Fire Codes & Regulations
In 1736, in Philadelphia, Pennsylvania, Benjamin Franklin formed the first American volunteer fire company. Other colonies soon did the same. Notable historical figures who served as volunteer firefighters include Sam Adams, Alexander Hamilton, John Hancock, Paul Revere, and George Washington.
• Codes - International Building Code®
• Codes - International Fire Code®
• Codes - NFPA 101®, Life Safety Code®
• Fire FAQs - Alabama - Florida
• Fire FAQs - Georgia - Louisiana
• Fire FAQs - Maine - Montanana
• Fire FAQs - Nebraska - North Dakota
• Fire FAQs - Ohio - Texas
• Fire FAQs - Utah - Wyoming
• Fire FAQs - U.S. Territories
Find out more about your local fire and building codes by starting here. If you are simply interested in the minimum facts, use the "U.S. State Code Finder" below and highlight your state in the map. For more in-depth information, follow the links to the right where you can learn about the history of U.S. building and fire codes along with interesting fire facts about each state. Historical fires are detailed along with the impact that they had on the development of codes. Pertinent portions of all the major U.S. fire and building codes are also provided, along with links to specialized codes that apply to the municipalities of New York City or The City of Chicago.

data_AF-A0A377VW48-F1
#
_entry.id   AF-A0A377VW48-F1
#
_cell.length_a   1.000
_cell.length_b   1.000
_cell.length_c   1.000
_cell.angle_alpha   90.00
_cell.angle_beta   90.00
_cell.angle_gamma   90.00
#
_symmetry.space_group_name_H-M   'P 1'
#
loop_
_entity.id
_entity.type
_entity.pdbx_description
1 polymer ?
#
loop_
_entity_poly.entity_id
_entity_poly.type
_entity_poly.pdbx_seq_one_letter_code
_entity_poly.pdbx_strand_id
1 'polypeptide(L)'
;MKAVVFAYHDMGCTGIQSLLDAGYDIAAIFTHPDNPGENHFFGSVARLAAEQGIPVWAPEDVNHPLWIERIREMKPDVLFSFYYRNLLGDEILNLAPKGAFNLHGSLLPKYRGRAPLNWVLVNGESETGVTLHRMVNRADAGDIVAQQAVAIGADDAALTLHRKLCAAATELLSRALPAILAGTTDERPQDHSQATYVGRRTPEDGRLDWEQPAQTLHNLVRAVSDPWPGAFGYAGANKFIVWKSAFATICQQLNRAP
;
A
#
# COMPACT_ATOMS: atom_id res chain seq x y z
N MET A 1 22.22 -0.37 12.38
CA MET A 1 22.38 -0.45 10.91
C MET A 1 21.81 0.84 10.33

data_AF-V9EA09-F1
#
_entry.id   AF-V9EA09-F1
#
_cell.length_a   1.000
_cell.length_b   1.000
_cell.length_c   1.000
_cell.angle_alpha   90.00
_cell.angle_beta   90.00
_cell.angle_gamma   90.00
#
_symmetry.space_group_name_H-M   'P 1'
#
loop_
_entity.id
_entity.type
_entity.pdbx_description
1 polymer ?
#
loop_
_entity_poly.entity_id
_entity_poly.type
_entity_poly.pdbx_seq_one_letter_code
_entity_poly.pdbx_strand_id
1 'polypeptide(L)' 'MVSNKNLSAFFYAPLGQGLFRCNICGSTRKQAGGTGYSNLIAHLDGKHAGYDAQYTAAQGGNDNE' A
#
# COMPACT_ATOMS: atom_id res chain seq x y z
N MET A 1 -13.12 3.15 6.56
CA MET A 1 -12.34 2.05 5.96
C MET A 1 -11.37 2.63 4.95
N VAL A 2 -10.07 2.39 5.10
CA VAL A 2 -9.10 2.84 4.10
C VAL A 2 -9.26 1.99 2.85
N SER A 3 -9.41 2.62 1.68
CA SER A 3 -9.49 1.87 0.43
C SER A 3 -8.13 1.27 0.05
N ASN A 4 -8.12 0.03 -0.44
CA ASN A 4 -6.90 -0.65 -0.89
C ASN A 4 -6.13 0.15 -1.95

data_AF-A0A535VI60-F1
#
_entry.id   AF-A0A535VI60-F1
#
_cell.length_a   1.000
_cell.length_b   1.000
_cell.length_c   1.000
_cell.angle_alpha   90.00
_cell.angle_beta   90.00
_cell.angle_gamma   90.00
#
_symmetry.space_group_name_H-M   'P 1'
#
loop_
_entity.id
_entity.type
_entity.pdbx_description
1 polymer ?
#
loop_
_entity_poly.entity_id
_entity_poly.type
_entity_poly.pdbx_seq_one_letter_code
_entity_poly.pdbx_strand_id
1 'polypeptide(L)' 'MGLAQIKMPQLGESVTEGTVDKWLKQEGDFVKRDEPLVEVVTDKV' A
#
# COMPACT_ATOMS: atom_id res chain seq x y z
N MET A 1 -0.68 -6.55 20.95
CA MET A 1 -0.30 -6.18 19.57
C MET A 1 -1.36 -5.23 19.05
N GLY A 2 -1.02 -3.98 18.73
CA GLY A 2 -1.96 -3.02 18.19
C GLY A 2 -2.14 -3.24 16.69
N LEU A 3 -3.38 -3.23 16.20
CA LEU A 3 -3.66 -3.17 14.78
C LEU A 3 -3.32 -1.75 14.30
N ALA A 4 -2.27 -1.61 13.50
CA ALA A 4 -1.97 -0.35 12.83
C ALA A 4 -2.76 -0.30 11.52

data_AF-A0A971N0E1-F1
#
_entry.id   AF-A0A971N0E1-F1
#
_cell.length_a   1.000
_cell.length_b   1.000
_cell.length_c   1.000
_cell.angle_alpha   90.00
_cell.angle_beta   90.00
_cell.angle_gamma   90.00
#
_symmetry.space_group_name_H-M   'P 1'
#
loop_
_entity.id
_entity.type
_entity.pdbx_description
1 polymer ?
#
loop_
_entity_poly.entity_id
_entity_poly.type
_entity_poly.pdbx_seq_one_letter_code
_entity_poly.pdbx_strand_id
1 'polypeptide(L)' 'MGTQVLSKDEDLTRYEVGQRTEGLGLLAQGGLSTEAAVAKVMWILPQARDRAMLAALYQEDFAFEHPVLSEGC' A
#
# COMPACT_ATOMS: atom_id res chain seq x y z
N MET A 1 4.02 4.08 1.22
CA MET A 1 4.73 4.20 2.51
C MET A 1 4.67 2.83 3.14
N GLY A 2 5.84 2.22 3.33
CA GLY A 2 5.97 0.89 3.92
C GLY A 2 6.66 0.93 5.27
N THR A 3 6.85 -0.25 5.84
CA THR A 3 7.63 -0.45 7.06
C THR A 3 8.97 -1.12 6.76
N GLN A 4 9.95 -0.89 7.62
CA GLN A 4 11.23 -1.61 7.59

U.S. State Code Finder
Select your state or territory for pertinent details about local fire codes and regulations. While many states or territories have adopted the International Building Code® or International Fire Code® in whole, some have made modifications – omitting some portions, or amending others. In some states, only certain municipalities or counties have adopted these standards. It is recommended that you contact your local fire code enforcement agency for the latest and most accurate information concerning regulations for your particular county or municipality.
Highlighting a state will reveal which model codes have been adopted, and any known preferences for exit sign lettering (red or green lettering). Clicking on the state will redirect you to information about the local fire code enforcement agency, and some historical background on fires in that state.